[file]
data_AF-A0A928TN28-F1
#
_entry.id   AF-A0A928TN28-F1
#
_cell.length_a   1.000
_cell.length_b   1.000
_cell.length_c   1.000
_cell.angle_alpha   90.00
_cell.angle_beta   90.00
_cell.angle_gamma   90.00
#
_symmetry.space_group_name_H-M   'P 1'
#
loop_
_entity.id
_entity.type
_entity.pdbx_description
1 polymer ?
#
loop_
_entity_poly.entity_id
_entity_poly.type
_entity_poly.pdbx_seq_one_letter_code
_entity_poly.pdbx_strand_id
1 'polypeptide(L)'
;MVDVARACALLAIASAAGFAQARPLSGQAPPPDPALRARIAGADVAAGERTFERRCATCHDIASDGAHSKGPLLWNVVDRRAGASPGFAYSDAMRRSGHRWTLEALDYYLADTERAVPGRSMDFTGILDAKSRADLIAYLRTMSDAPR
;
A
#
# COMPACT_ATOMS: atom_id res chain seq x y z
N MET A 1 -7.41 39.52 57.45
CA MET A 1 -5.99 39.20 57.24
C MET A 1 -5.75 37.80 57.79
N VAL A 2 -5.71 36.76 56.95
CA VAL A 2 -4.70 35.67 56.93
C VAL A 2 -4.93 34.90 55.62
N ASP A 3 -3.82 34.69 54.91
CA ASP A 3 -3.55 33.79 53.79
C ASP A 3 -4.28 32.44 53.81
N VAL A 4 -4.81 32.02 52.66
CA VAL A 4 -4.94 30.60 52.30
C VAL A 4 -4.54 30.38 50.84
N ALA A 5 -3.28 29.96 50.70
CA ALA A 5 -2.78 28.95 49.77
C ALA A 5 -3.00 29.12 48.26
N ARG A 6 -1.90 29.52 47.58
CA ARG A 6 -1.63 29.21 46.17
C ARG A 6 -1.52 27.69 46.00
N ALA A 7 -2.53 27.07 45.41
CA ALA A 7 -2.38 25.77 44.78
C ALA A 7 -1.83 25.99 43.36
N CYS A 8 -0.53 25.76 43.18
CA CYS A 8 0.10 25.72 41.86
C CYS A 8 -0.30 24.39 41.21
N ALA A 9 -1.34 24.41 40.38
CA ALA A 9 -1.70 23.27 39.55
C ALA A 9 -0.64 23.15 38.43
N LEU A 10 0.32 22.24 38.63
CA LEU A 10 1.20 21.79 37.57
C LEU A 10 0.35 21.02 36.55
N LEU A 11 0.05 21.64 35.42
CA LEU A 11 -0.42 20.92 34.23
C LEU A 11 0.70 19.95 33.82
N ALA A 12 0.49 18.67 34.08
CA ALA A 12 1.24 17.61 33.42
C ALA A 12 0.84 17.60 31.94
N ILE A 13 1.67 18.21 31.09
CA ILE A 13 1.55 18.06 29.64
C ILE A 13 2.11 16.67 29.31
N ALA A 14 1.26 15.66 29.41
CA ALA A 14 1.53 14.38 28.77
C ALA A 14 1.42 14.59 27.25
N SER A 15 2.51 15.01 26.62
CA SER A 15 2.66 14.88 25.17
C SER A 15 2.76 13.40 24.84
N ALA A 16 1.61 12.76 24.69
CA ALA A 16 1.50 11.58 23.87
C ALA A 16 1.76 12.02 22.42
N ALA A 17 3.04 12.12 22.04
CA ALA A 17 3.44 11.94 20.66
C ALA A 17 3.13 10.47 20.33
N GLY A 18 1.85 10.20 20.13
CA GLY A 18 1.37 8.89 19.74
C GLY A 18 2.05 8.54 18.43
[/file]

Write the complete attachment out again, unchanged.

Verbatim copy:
data_AF-A0A928TN28-F1
#
_entry.id   AF-A0A928TN28-F1
#
_cell.length_a   1.000
_cell.length_b   1.000
_cell.length_c   1.000
_cell.angle_alpha   90.00
_cell.angle_beta   90.00
_cell.angle_gamma   90.00
#
_symmetry.space_group_name_H-M   'P 1'
#
loop_
_entity.id
_entity.type
_entity.pdbx_description
1 polymer ?
#
loop_
_entity_poly.entity_id
_entity_poly.type
_entity_poly.pdbx_seq_one_letter_code
_entity_poly.pdbx_strand_id
1 'polypeptide(L)'
;MVDVARACALLAIASAAGFAQARPLSGQAPPPDPALRARIAGADVAAGERTFERRCATCHDIASDGAHSKGPLLWNVVDRRAGASPGFAYSDAMRRSGHRWTLEALDYYLADTERAVPGRSMDFTGILDAKSRADLIAYLRTMSDAPR
;
A
#
# COMPACT_ATOMS: atom_id res chain seq x y z
N MET A 1 -7.41 39.52 57.45
CA MET A 1 -5.99 39.20 57.24
C MET A 1 -5.75 37.80 57.79
N VAL A 2 -5.71 36.76 56.95
CA VAL A 2 -4.70 35.67 56.93
C VAL A 2 -4.93 34.90 55.62
N ASP A 3 -3.82 34.69 54.91
CA ASP A 3 -3.55 33.79 53.79
C ASP A 3 -4.28 32.44 53.81
N VAL A 4 -4.81 32.02 52.66
CA VAL A 4 -4.94 30.60 52.30
C VAL A 4 -4.54 30.38 50.84
N ALA A 5 -3.28 29.96 50.70
CA ALA A 5 -2.78 28.95 49.77
C ALA A 5 -3.00 29.12 48.26
N ARG A 6 -1.90 29.52 47.58
CA ARG A 6 -1.63 29.21 46.17
C ARG A 6 -1.52 27.69 46.00
N ALA A 7 -2.53 27.07 45.41
CA ALA A 7 -2.38 25.77 44.78
C ALA A 7 -1.83 25.99 43.36
N CYS A 8 -0.53 25.76 43.18
CA CYS A 8 0.10 25.72 41.86
C CYS A 8 -0.30 24.39 41.21
N ALA A 9 -1.34 24.41 40.38
CA ALA A 9 -1.70 23.27 39.55
C ALA A 9 -0.64 23.15 38.43
N LEU A 10 0.32 22.24 38.63
CA LEU A 10 1.20 21.79 37.57
C LEU A 10 0.35 21.02 36.55
N LEU A 11 0.05 21.64 35.42
CA LEU A 11 -0.42 20.92 34.23
C LEU A 11 0.70 19.95 33.82
N ALA A 12 0.49 18.67 34.08
CA ALA A 12 1.24 17.61 33.42
C ALA A 12 0.84 17.60 31.94
N ILE A 13 1.67 18.21 31.09
CA ILE A 13 1.55 18.06 29.64
C ILE A 13 2.11 16.67 29.31
N ALA A 14 1.26 15.66 29.41
CA ALA A 14 1.53 14.38 28.77
C ALA A 14 1.42 14.59 27.25
N SER A 15 2.51 15.01 26.62
CA SER A 15 2.66 14.88 25.17
C SER A 15 2.76 13.40 24.84
N ALA A 16 1.61 12.76 24.69
CA ALA A 16 1.50 11.58 23.87
C ALA A 16 1.76 12.02 22.42
N ALA A 17 3.04 12.12 22.04
CA ALA A 17 3.44 11.94 20.66
C ALA A 17 3.13 10.47 20.33
N GLY A 18 1.85 10.20 20.13
CA GLY A 18 1.37 8.89 19.74
C GLY A 18 2.05 8.54 18.43